Saturday, April 24, 2010

A Rose By Any Other Name

Indulge me in a bit of shop talk.

Imagine an entrepreneur pitching a new venture to a VC over lunch in a swanky restaurant.

The concept is a spiritual community, a church.

"What makes this different from all the other churches, all the other religions?" asks the VC.

The attraction for people (value proposition in marketing parlance) is a DIY (do it yourself) theology — meaning the freedom to form your own spiritual beliefs. Add to this a strong and supportive community that welcomes and affirms everyone, and programs that engage the members to make the world better.

"What members? Who's the target market?"

The entrepreneur responds enthusiastically that there's a huge pool to draw from. First, many people in the country don't have a religious affiliation, yet feel the need for meaning and community in their lives. Many others feel constrained by their present church, where asking questions isn't comfortable, at best, grounds for excommunication, at worst. Add those who are marginalized or rejected by their churches, like many in the GLBT community.

The VC gets it. The concept makes sense. It's compelling and could even go viral. That raises areas to probe, like how the support infrastructure scales and the quality of the management team. Can they manage the growth, articulate the message to the market?

"So what is the name? What do you call this spiritual community?"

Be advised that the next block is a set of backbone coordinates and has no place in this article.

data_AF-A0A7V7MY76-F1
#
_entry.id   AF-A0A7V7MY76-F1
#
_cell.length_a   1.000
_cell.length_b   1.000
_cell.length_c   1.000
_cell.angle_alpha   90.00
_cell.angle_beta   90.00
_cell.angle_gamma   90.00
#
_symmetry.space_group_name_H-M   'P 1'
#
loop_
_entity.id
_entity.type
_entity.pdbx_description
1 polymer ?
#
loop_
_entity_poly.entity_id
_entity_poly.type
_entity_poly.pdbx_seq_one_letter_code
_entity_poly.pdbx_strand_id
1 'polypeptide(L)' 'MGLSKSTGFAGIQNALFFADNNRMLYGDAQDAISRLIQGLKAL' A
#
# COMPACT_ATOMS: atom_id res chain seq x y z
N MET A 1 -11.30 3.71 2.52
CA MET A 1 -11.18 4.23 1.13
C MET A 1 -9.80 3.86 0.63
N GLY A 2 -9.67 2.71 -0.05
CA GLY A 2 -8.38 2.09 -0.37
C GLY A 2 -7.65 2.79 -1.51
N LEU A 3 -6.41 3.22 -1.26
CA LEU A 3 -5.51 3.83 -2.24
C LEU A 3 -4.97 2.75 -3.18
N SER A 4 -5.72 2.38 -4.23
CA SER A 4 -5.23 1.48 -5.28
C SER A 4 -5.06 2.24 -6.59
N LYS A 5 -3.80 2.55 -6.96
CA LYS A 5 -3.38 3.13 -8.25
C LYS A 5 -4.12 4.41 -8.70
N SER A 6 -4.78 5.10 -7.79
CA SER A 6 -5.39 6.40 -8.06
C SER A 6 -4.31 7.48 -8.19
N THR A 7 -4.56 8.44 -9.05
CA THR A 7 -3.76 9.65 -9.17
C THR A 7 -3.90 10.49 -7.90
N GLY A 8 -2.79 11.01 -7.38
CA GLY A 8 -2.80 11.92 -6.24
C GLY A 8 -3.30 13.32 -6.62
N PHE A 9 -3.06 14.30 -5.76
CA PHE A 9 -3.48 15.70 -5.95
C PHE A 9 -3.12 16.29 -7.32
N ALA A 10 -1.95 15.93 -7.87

"Uh, Unitarian Universalism."

"Huh?"
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I serve on the board of a credit union. The credit union was formed in 1958 to provide financial services to the employees of a company. 52 years later, the company has been bought and sold, sliced and diced, and is no longer the raison d'etre for the credit union.

Seeing the pending demise of our target market, several years ago we opened a branch in the center of the city and are refocusing our strategy to serve that community. However the credit union still carries the name of the company.

Earlier this week, the board met with a branding firm to discuss changing the name, creating a new brand — name, logo, theme — that will be relevant to the community we now wish to serve. The creative director of the firm, in pretty strong language, confirmed what we had feared: despite the downtown location with lots of foot traffic, we are losing potential members who not only don't identify with the name, but who feel the name excludes them.
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Many names of religious denominations tie to the origins of their movements, relevant even today to the core of their beliefs. Baptist, Buddhist, Lutheran. Unitarian Universalism, too, reflects the ideas that led to the Unitarian and Universalist movements, although perhaps the name is not as relevant to the theological diversity found in our churches today.

Without disparaging any of the richness and history of our tradition, I wonder how many potential members of our churches don't get beyond the 10 syllables of our name. If we are, indeed, to become the religion of our time, we should understand the image and visceral reaction that our name creates — especially if it is impeding the realization of our vision.